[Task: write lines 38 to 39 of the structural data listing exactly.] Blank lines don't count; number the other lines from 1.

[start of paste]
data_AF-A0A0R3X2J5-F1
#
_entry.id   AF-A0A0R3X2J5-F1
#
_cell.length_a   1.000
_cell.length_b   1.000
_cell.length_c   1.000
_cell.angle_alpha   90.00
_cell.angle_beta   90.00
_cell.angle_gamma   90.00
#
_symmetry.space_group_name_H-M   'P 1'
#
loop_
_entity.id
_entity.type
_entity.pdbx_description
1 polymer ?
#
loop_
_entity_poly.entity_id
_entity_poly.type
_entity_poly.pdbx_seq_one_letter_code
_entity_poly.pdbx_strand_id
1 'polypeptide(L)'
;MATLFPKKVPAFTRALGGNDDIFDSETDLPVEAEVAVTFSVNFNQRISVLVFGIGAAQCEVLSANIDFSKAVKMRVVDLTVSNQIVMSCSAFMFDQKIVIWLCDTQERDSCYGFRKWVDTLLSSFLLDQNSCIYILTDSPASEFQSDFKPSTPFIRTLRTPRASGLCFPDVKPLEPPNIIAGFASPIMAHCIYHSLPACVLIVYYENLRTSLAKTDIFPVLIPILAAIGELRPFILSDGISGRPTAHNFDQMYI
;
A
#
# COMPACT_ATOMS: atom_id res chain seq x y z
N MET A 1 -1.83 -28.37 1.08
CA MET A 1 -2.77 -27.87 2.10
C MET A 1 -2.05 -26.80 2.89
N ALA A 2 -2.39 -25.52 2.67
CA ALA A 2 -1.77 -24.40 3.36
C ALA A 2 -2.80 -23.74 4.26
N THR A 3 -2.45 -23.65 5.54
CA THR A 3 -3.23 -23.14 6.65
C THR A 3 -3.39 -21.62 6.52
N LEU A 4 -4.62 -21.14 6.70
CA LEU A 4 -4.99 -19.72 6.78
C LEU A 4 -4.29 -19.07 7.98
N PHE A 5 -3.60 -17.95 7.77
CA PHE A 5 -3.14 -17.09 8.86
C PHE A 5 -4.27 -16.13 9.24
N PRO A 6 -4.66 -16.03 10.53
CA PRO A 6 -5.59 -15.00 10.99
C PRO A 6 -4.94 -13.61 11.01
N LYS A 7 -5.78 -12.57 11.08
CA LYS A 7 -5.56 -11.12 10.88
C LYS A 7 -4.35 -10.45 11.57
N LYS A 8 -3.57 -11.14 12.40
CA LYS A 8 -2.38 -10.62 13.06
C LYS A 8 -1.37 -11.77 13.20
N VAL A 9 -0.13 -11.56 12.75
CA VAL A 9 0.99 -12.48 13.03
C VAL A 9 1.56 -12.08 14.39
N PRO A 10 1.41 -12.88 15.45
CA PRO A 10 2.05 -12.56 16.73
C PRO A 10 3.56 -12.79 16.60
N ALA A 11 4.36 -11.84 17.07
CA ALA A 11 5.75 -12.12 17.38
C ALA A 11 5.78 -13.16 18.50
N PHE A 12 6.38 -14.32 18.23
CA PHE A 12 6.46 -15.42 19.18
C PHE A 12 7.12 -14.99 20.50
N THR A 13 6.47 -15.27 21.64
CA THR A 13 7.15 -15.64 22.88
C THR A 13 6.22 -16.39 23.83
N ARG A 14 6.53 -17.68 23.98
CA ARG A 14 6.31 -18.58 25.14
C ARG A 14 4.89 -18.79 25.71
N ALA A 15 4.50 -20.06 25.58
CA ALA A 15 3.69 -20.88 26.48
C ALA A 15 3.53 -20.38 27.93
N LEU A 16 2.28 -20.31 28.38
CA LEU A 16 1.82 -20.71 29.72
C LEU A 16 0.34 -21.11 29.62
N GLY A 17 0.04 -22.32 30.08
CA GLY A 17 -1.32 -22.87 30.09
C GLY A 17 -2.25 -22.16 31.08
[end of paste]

CA THR A 3 -3.23 -23.14 6.65
C THR A 3 -3.39 -21.62 6.52